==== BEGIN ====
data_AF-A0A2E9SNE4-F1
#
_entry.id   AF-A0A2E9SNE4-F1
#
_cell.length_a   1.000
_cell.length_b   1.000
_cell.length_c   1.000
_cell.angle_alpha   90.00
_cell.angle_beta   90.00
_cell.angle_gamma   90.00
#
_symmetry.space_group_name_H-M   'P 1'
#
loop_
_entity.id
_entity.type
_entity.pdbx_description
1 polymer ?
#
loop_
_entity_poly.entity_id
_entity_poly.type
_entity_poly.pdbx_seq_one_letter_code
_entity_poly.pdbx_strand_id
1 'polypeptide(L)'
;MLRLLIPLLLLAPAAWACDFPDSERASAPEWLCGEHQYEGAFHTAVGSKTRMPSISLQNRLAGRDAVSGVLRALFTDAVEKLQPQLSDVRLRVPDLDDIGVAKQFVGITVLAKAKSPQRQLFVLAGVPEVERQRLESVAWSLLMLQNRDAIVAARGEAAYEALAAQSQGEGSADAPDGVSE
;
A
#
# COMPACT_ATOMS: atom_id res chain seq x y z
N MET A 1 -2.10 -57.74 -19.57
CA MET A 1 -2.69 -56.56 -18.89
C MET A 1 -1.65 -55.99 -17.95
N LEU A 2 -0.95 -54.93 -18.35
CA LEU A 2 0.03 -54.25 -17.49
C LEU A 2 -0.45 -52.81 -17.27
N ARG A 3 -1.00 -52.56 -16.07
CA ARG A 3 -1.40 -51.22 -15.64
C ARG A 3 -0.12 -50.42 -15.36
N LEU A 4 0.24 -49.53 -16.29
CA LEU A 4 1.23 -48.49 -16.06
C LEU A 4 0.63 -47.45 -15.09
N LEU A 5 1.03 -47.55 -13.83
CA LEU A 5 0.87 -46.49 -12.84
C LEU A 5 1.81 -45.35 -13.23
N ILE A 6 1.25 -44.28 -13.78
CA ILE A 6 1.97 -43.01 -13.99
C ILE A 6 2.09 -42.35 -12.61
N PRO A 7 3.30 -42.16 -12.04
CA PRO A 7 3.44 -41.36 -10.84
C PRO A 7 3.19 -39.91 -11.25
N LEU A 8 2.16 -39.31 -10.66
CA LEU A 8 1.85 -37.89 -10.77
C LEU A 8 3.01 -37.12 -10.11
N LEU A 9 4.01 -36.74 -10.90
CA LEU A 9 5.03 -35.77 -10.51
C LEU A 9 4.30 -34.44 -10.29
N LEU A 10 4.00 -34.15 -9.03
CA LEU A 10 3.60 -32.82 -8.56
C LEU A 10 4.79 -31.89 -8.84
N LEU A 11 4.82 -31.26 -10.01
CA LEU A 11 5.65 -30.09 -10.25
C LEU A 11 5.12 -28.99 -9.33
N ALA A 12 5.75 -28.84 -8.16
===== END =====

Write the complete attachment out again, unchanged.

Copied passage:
data_AF-A0A2E9SNE4-F1
#
_entry.id   AF-A0A2E9SNE4-F1
#
_cell.length_a   1.000
_cell.length_b   1.000
_cell.length_c   1.000
_cell.angle_alpha   90.00
_cell.angle_beta   90.00
_cell.angle_gamma   90.00
#
_symmetry.space_group_name_H-M   'P 1'
#
loop_
_entity.id
_entity.type
_entity.pdbx_description
1 polymer ?
#
loop_
_entity_poly.entity_id
_entity_poly.type
_entity_poly.pdbx_seq_one_letter_code
_entity_poly.pdbx_strand_id
1 'polypeptide(L)'
;MLRLLIPLLLLAPAAWACDFPDSERASAPEWLCGEHQYEGAFHTAVGSKTRMPSISLQNRLAGRDAVSGVLRALFTDAVEKLQPQLSDVRLRVPDLDDIGVAKQFVGITVLAKAKSPQRQLFVLAGVPEVERQRLESVAWSLLMLQNRDAIVAARGEAAYEALAAQSQGEGSADAPDGVSE
;
A
#
# COMPACT_ATOMS: atom_id res chain seq x y z
N MET A 1 -2.10 -57.74 -19.57
CA MET A 1 -2.69 -56.56 -18.89
C MET A 1 -1.65 -55.99 -17.95
N LEU A 2 -0.95 -54.93 -18.35
CA LEU A 2 0.03 -54.25 -17.49
C LEU A 2 -0.45 -52.81 -17.27
N ARG A 3 -1.00 -52.56 -16.07
CA ARG A 3 -1.40 -51.22 -15.64
C ARG A 3 -0.12 -50.42 -15.36
N LEU A 4 0.24 -49.53 -16.29
CA LEU A 4 1.23 -48.49 -16.06
C LEU A 4 0.63 -47.45 -15.09
N LEU A 5 1.03 -47.55 -13.83
CA LEU A 5 0.87 -46.49 -12.84
C LEU A 5 1.81 -45.35 -13.23
N ILE A 6 1.25 -44.28 -13.78
CA ILE A 6 1.97 -43.01 -13.99
C ILE A 6 2.09 -42.35 -12.61
N PRO A 7 3.30 -42.16 -12.04
CA PRO A 7 3.44 -41.36 -10.84
C PRO A 7 3.19 -39.91 -11.25
N LEU A 8 2.16 -39.31 -10.66
CA LEU A 8 1.85 -37.89 -10.77
C LEU A 8 3.01 -37.12 -10.11
N LEU A 9 4.01 -36.74 -10.90
CA LEU A 9 5.03 -35.77 -10.51
C LEU A 9 4.30 -34.44 -10.29
N LEU A 10 4.00 -34.15 -9.03
CA LEU A 10 3.60 -32.82 -8.56
C LEU A 10 4.79 -31.89 -8.84
N LEU A 11 4.82 -31.26 -10.01
CA LEU A 11 5.65 -30.09 -10.25
C LEU A 11 5.12 -28.99 -9.33
N ALA A 12 5.75 -28.84 -8.16